Review: At 2nd Space, ‘A Shot in the Dark’ is buoyed by two great leading performances
The Good Company Players production of “A Shot in the Dark” opened a few weekends ago. I’m late getting to the review, but because it’s a long run, there’s still plenty of time to catch this clever, engaging, extremely well-acted murder romp.
(A momentary digression: I feel as if I’m awash in murder these days. There’s a murder in “Book of Days,” and, of course, the word itself is in the title of “A Gentleman’s Guide to Love and Murder.” And then there’s poor Dorothy’s water-fueled homicide in “Wicked.” I’m hoping Tracy Turnblad doesn’t turn a gun on somebody when I see “Hairspray.”)
Marcel Achard’s “A Shot in the Dark” (adapted by Harry Kurnitz) is a period piece, but not the kind of genteel costume drama you often associate with a 2nd Space Theatre production. Set in early 1960s Paris, it captures a gentle, slightly grimy, vibe of the times while retaining its innate Frenchness. (Is that a word?)
Once Hollywood got hold of the play and turned it into an Inspector Clouseau farce in the 1964 film version, the material was thoroughly goofed up and Americanized, but the theatrical version retains its brisk, cosmopolitan, slightly sour sense of humor.
Here’s a review rundown:
The plot: As a recently appointed police magistrate, Paul Sevigne (played by Joseph Ham) gets assigned his first murder case. It seems to be by the book: Josefa Lantenay (Emily Kearns), a housemaid employed by a wealthy family, appears to have killed her lover in a spat. All Paul has to do is conduct a few interviews, connect the dots and bring Josefa up on charges. But things get complicated. Other witnesses (including Josefa’s husband-and-wife employers, played by Gordon Moore and Marikah Christine Leal) are called in. Can Paul, under pressure from his wife (Kylee Leyva), boss (Henry Montelongo) and clerk (Chase Stubblefield), keep the case from collapsing?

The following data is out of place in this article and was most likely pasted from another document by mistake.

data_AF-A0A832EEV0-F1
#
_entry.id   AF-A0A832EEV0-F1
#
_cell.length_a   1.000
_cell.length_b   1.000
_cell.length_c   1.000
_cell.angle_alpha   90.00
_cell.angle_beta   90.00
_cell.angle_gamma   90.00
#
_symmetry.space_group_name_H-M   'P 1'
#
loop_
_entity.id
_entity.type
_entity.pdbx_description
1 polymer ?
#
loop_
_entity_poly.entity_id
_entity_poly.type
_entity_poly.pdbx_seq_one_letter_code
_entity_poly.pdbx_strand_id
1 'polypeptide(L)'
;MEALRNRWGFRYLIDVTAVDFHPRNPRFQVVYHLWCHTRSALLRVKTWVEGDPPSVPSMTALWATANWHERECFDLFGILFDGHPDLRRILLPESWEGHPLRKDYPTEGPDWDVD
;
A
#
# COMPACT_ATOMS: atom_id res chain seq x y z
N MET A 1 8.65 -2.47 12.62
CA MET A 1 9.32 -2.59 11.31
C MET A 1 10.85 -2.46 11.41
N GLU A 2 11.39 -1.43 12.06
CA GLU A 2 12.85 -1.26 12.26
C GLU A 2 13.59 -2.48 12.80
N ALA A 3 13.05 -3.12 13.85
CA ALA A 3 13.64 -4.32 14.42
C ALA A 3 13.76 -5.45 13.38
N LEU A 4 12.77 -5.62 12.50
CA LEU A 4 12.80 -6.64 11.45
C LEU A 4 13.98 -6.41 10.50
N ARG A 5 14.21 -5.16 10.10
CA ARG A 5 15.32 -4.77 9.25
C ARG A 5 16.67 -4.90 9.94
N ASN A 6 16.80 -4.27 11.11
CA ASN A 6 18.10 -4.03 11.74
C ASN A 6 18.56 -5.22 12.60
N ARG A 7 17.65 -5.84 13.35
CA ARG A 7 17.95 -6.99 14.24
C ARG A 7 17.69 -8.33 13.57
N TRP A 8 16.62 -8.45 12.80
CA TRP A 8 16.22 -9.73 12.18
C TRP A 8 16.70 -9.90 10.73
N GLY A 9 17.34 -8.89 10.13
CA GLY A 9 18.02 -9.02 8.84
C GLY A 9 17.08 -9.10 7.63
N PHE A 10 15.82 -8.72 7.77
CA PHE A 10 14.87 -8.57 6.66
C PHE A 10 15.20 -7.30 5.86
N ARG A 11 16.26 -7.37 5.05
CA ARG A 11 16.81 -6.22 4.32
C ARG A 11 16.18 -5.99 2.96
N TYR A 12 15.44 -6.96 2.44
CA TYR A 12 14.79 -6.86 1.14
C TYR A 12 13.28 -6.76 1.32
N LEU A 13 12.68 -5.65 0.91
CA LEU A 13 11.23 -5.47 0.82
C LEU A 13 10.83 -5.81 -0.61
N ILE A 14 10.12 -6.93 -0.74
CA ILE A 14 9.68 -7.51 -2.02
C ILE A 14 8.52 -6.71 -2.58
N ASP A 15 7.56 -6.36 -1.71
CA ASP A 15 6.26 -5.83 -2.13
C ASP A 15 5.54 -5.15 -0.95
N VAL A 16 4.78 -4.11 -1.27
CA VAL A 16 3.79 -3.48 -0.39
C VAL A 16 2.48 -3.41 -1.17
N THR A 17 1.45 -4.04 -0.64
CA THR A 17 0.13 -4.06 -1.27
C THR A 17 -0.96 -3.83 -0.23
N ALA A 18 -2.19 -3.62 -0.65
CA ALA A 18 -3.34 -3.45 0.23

Standout performance No. 1: Ham gives a great comic/dramatic performance that feels textured and alive. His Paul is principled, anxiety-prone and something of a nerd, but there’s also something tenacious and even a little macho about him, and watching Ham bounce between those extremes is fascinating. He’s onstage pretty much the whole time and sets a confident tone for the play.
Standout performance No. 2: Emily Kearns gives an indelible performance that I will recall long after the minutiae of the play has cycled out of my short-term memory. She brings radiance (but also ambiguity) to her Josefa, and her smile seems to launch her words out in sunny little bubbles. Her demeanor is cheery, tart and perplexing; she is accused of murder, but she seems strangely sanguine — and even oblivious — about the whole affair. I loved it.
The rest: Director Denise Graziani keeps a crackling pace yet gives her actors room to meander a bit as they connect with their odd characters. The rest of the ensemble cast is strong.
The takeaway: Of all the murders I’ve been exposed to in recent weeks thanks to the local stage, “A Shot in the Dark” is the one that is closest to the traditional idea of a murder mystery. I’m not usually a huge fan of that genre. But this intriguing romp is oblique enough in terms of style — and so nicely acted and staged — that it’s an easy shot to an entertaining couple of hours.